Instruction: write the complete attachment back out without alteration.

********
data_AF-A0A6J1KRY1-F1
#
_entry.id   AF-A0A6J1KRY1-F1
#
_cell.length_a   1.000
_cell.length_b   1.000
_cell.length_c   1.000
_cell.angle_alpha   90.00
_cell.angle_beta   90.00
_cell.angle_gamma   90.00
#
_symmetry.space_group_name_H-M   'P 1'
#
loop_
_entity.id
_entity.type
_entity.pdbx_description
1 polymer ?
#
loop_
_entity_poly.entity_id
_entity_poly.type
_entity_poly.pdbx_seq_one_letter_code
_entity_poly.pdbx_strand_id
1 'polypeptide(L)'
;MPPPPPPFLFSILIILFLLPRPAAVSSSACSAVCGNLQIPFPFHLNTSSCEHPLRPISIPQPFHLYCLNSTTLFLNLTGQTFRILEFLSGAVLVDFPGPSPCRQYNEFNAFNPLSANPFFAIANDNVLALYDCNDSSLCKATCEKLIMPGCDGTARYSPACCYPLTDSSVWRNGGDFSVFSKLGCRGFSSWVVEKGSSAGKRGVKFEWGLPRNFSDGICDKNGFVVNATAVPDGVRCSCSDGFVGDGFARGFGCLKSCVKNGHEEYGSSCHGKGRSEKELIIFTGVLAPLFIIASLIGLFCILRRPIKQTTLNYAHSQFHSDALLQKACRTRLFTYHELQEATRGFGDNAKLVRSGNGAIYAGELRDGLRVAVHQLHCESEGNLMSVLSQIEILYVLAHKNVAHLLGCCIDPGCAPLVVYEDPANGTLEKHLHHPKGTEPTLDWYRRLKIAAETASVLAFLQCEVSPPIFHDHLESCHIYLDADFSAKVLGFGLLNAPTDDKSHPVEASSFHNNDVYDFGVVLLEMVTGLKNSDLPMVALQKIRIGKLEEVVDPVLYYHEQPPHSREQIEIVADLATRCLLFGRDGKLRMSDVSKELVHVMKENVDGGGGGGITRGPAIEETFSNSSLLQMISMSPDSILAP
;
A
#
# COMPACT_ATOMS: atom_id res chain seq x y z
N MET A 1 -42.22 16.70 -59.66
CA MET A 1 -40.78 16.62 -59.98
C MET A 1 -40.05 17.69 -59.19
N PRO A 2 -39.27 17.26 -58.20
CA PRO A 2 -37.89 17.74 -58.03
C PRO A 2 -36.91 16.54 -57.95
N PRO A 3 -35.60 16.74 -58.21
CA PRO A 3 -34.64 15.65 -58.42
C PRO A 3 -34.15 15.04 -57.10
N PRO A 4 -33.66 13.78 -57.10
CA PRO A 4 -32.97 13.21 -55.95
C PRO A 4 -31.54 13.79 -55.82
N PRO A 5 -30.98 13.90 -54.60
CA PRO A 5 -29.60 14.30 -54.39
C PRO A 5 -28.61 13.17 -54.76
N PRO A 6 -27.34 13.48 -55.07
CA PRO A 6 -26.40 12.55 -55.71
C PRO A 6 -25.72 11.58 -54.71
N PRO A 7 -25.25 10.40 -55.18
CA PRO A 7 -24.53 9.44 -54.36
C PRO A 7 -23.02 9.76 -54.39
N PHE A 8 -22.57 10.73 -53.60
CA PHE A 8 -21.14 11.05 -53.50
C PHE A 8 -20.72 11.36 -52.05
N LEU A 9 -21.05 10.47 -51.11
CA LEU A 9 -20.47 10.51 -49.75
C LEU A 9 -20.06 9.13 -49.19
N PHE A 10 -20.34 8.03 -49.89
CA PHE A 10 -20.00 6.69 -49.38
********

data_AF-A0A6J1KRY1-F1
#
_entry.id   AF-A0A6J1KRY1-F1
#
_cell.length_a   1.000
_cell.length_b   1.000
_cell.length_c   1.000
_cell.angle_alpha   90.00
_cell.angle_beta   90.00
_cell.angle_gamma   90.00
#
_symmetry.space_group_name_H-M   'P 1'
#
loop_
_entity.id
_entity.type
_entity.pdbx_description
1 polymer ?
#
loop_
_entity_poly.entity_id
_entity_poly.type
_entity_poly.pdbx_seq_one_letter_code
_entity_poly.pdbx_strand_id
1 'polypeptide(L)'
;MPPPPPPFLFSILIILFLLPRPAAVSSSACSAVCGNLQIPFPFHLNTSSCEHPLRPISIPQPFHLYCLNSTTLFLNLTGQTFRILEFLSGAVLVDFPGPSPCRQYNEFNAFNPLSANPFFAIANDNVLALYDCNDSSLCKATCEKLIMPGCDGTARYSPACCYPLTDSSVWRNGGDFSVFSKLGCRGFSSWVVEKGSSAGKRGVKFEWGLPRNFSDGICDKNGFVVNATAVPDGVRCSCSDGFVGDGFARGFGCLKSCVKNGHEEYGSSCHGKGRSEKELIIFTGVLAPLFIIASLIGLFCILRRPIKQTTLNYAHSQFHSDALLQKACRTRLFTYHELQEATRGFGDNAKLVRSGNGAIYAGELRDGLRVAVHQLHCESEGNLMSVLSQIEILYVLAHKNVAHLLGCCIDPGCAPLVVYEDPANGTLEKHLHHPKGTEPTLDWYRRLKIAAETASVLAFLQCEVSPPIFHDHLESCHIYLDADFSAKVLGFGLLNAPTDDKSHPVEASSFHNNDVYDFGVVLLEMVTGLKNSDLPMVALQKIRIGKLEEVVDPVLYYHEQPPHSREQIEIVADLATRCLLFGRDGKLRMSDVSKELVHVMKENVDGGGGGGITRGPAIEETFSNSSLLQMISMSPDSILAP
;
A
#
# COMPACT_ATOMS: atom_id res chain seq x y z
N MET A 1 -42.22 16.70 -59.66
CA MET A 1 -40.78 16.62 -59.98
C MET A 1 -40.05 17.69 -59.19
N PRO A 2 -39.27 17.26 -58.20
CA PRO A 2 -37.89 17.74 -58.03
C PRO A 2 -36.91 16.54 -57.95
N PRO A 3 -35.60 16.74 -58.21
CA PRO A 3 -34.64 15.65 -58.42
C PRO A 3 -34.15 15.04 -57.10
N PRO A 4 -33.66 13.78 -57.10
CA PRO A 4 -32.97 13.21 -55.95
C PRO A 4 -31.54 13.79 -55.82
N PRO A 5 -30.98 13.90 -54.60
CA PRO A 5 -29.60 14.30 -54.39
C PRO A 5 -28.61 13.17 -54.76
N PRO A 6 -27.34 13.48 -55.07
CA PRO A 6 -26.40 12.55 -55.71
C PRO A 6 -25.72 11.58 -54.71
N PRO A 7 -25.25 10.40 -55.18
CA PRO A 7 -24.53 9.44 -54.36
C PRO A 7 -23.02 9.76 -54.39
N PHE A 8 -22.57 10.73 -53.60
CA PHE A 8 -21.14 11.05 -53.50
C PHE A 8 -20.72 11.36 -52.05
N LEU A 9 -21.05 10.47 -51.11
CA LEU A 9 -20.47 10.51 -49.75
C LEU A 9 -20.06 9.13 -49.19
N PHE A 10 -20.34 8.03 -49.89
CA PHE A 10 -20.00 6.69 -49.38